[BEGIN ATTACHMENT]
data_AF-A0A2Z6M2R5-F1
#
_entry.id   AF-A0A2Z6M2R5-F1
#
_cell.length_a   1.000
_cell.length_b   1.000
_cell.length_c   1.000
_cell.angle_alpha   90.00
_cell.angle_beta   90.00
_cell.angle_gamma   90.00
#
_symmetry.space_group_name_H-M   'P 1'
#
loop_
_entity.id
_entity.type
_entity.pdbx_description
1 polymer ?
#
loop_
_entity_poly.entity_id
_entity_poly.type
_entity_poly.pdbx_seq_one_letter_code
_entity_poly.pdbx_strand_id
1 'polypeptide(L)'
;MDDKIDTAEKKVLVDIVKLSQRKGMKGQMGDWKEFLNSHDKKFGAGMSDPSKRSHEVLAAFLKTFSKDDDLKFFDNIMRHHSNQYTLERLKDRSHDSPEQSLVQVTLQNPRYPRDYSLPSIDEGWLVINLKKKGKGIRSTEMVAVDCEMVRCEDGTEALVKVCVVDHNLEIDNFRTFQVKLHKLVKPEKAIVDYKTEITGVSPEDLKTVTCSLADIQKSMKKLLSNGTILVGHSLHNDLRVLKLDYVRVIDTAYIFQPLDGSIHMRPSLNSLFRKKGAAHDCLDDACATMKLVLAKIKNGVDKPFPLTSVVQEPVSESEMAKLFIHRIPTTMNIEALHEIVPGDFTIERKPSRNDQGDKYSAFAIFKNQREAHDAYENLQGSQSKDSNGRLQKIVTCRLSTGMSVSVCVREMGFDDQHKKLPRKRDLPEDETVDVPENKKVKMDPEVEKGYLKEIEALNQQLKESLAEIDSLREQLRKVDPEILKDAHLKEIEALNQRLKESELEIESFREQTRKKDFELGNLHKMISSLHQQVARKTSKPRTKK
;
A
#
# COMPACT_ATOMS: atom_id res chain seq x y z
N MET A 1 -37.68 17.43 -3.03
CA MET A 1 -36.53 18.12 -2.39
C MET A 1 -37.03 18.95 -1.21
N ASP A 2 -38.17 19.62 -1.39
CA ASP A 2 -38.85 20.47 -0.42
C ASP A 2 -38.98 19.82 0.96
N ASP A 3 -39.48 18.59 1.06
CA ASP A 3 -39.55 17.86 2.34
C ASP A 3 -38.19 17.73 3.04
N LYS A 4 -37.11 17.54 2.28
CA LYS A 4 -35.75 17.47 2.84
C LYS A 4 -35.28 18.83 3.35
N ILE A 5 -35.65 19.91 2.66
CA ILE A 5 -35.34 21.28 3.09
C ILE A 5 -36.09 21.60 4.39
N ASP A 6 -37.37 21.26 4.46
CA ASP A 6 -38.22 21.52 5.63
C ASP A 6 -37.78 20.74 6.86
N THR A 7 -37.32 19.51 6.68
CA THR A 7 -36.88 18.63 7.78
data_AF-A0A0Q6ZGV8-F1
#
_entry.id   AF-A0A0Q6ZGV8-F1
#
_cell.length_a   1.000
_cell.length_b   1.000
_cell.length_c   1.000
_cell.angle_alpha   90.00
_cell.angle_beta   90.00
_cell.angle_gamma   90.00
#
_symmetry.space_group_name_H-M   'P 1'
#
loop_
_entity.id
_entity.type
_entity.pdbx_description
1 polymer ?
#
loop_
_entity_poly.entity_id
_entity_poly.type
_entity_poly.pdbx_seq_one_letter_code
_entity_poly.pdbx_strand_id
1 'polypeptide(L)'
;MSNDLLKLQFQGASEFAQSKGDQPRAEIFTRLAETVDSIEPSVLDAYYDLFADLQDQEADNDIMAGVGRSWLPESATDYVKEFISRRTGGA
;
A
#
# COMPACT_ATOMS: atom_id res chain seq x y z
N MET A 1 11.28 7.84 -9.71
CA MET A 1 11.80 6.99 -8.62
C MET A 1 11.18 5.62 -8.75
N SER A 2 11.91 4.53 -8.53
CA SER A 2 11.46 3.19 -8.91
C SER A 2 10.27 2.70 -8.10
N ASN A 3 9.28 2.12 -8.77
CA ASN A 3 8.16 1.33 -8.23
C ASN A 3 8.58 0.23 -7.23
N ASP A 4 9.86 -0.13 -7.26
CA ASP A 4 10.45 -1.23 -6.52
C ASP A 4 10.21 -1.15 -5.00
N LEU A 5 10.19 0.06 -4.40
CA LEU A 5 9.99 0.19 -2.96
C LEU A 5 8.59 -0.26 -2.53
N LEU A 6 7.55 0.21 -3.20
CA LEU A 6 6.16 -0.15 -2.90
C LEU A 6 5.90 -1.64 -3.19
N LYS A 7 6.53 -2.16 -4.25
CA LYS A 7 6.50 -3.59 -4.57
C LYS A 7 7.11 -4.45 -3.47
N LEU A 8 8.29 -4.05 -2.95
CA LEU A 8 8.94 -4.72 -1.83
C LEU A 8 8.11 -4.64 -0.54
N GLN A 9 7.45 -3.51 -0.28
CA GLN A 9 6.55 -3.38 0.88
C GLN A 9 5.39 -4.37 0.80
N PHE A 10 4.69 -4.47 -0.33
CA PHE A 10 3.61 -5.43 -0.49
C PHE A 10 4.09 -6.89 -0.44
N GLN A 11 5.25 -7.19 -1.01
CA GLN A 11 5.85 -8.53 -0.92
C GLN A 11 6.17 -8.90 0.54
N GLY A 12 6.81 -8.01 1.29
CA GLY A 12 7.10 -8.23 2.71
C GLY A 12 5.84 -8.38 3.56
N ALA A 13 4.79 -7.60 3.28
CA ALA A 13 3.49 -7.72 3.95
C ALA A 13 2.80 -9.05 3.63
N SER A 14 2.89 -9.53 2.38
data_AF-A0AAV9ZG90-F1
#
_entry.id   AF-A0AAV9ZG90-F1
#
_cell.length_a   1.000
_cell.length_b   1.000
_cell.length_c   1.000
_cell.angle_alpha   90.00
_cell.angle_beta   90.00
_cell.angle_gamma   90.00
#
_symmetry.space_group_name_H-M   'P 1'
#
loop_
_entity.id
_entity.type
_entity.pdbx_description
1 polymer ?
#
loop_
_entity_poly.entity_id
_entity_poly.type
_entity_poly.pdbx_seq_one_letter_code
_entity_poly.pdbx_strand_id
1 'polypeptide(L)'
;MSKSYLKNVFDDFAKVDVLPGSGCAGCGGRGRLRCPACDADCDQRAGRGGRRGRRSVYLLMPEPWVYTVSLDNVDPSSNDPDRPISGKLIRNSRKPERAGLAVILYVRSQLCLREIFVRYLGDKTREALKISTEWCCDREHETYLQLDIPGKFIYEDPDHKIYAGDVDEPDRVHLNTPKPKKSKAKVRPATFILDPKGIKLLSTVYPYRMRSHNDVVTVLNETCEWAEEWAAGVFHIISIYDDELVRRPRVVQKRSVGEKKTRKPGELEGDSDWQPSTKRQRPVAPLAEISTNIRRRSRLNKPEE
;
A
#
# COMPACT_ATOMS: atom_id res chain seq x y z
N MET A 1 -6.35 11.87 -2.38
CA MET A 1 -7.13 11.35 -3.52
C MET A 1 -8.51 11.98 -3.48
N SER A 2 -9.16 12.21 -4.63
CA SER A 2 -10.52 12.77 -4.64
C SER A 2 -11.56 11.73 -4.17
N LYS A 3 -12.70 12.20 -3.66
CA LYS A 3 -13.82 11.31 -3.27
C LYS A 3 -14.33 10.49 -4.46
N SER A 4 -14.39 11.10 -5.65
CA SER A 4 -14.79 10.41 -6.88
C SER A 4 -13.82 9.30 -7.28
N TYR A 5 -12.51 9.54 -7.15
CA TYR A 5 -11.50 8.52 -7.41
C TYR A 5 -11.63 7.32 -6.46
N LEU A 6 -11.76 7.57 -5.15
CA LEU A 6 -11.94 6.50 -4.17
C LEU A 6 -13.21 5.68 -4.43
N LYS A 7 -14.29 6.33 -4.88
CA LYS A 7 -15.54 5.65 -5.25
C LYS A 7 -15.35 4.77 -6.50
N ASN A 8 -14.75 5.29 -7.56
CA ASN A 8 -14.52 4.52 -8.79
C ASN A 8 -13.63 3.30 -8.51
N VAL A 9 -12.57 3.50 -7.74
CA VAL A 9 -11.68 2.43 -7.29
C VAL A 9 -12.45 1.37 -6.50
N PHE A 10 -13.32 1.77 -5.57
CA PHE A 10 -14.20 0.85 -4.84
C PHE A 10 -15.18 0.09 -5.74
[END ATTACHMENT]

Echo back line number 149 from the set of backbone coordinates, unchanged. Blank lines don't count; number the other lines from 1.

#